Hemoconcentration: Big word, big problem
Hemoconcentration. It's a mouthful. But utter the word in some of your professional circles and you're likely to win newfound respect for what you know about collecting blood. (See this month's Tip of the Month below.) But you have to know what you're talking about. This article will help you understand what hemoconcentration is and how it can affect test results.
If "hemo" means blood, hemoconcentration is an abnormally high concentration of blood. Blood becomes concentrated, or thickens, when the proportion of cells and other larger elements of the blood increases to such a degree that it no longer reflects the patient's actual health status. Since most of the objective information physicians receive about the well-being of their patients come from laboratory test results, it is critical that specimen collection personnel recognize and prevent situations that lead to hemoconcentration. During phlebotomy, blood can be concentrated several ways. Patient posture, prolonged tourniquet application, and fist pumping.
The physiology of the blood changes when a patient goes from lying down to upright. Here's why:
When a person goes from lying down to sitting or standing, the body senses the change in orientation. It knows it's going to have to do something to keep the brain supplied with blood now that it is "uphill" from the heart. The body---being the marvelous machine it is---responds by releasing hormones into the bloodstream that increase the blood pressure. When blood pressure increases, the brain is continually supplied with oxygenated red blood cells, keeping the patient conscious. However, there's a downside to posture-related changes in blood pressure every phlebotomist must know. The blood circulating throughout the now-upright body becomes instantly hemoconcentrated. That's because when the body senses the circulatory overload from the rise in blood pressure, the capillaries become porous so water and smaller compounds migrate into the tissue. Think of it as a natural "venting" of the circulatory system when it gets the least bit pressurized. What's important for those who draw blood samples to know is that this natural attempt to lower the blood pressure also results in a temporary state of hemoconcentration in the vein you're about to draw blood from.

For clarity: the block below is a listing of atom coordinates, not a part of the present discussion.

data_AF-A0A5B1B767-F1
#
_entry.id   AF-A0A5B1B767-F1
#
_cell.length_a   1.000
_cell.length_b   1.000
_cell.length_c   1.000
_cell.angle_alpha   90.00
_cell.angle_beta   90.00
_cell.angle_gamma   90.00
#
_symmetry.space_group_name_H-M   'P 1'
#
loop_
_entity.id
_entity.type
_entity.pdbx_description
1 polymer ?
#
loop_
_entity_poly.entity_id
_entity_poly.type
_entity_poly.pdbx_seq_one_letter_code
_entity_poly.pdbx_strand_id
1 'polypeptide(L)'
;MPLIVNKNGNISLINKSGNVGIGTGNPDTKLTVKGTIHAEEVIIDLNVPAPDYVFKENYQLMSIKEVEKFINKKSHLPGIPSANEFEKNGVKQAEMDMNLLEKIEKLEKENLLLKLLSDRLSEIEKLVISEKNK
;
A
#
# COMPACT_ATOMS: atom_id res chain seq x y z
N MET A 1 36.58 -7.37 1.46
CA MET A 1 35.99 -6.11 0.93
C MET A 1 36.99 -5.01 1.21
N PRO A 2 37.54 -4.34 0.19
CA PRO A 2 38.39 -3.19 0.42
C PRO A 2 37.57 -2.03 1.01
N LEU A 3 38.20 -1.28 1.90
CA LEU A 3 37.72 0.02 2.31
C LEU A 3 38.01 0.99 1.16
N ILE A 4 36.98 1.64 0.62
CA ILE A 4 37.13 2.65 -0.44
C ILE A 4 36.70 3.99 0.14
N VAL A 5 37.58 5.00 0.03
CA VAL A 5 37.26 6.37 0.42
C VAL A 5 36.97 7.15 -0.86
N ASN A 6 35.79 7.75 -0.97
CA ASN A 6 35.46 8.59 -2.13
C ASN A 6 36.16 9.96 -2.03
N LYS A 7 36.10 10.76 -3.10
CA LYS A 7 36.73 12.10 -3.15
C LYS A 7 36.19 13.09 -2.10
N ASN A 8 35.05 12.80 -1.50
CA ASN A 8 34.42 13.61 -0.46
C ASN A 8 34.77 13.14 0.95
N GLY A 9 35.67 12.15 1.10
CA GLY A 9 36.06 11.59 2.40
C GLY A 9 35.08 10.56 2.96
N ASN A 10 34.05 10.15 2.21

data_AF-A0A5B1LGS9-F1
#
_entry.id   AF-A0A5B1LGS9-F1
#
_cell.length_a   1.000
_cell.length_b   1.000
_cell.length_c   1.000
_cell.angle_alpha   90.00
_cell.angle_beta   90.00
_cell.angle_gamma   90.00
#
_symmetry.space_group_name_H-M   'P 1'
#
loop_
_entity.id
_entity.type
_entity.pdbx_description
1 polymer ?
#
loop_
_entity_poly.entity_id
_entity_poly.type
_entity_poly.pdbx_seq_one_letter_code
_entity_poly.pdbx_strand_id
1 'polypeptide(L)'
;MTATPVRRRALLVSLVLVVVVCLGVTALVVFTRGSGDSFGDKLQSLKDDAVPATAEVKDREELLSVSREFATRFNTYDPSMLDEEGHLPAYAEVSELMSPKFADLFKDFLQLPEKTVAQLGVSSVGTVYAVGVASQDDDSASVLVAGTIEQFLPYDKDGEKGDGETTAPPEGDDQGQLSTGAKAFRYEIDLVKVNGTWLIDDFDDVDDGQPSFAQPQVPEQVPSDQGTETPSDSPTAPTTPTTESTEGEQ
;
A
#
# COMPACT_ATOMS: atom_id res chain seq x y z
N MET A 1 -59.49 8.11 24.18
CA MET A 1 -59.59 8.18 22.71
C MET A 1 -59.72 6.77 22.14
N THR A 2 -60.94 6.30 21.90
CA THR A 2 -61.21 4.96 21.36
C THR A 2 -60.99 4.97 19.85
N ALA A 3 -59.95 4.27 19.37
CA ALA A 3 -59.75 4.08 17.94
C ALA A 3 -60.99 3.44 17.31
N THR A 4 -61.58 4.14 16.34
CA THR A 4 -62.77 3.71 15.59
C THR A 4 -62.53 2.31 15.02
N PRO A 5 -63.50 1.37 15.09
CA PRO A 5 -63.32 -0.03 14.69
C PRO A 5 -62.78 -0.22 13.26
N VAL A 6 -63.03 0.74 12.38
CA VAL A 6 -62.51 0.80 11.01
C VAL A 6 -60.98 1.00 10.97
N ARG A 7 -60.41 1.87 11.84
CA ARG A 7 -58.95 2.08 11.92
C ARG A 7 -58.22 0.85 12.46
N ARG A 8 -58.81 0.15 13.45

Think of the sudden porosity of the capillary beds to be like a fishnet, trapping only the larger blood components in the veins. Not only do red blood cells and other cells remain in the circulatory system in a higher concentration temporarily, but so do large substances like proteins and compounds attached to protein that can't pass through the capillary walls because of their molecular size. As a result, they too remain in the bloodstream in temporarily higher concentrations than that in which they existed before the posture change.
Drawing specimens during this change will more than likely lead the laboratory to report a higher test result than if the patient were drawn while recumbent. (1-6) Conversely, when a patient goes from upright to recumbent, the blood is subject to a dilutional effect due to water moving from the tissue into the circulation. It has been reported that cholesterol levels are 10 percent lower and triglycerides 12 percent lower in patients drawn after being recumbent for 5 minutes.(1) Those analytes affected by changes in posture are listed here:(1,7)
Not all of these analytes change to a clinically significant degree. Generally, the change ranges between 5-15 percent.(1) However, all collectors must be aware of the test requirements that specify the patient be recumbent before collection and draw posture-sensitive analytes appropriately. Such requirements are because the effect of hemoconcentration are significant.
Prolonged Tourniquet Application
Hemoconcentration also affects test results when a tourniquet is left on longer than one minute in the same way in which analytes are affected by posture changes. Therefore, when it takes longer than one minute to find and access a vein, hemoconcentration begins affecting test results. That's why CLSI recommends tourniquets be left on no longer than one minute.(8)
It can be difficult to minimize the time a tourniquet is in place when patients' veins are difficult to find. Nevertheless, specimen collection personnel shouldn't rush the vein selection process. Should the survey take more than one minute, CLSI recommends releasing the tourniquet prior to puncture for at least two minutes so that the blood below the tourniquet can equilibrate and hemoconcentration can disperse.
Before releasing the tourniquet, make a mental note of where the vein lies in relation to certain skin "markers" (e.g., freckles, skin creases, contour of the skin, etc.). This can shorten the time it takes to relocate the vein and allow compliance with the one-minute rule.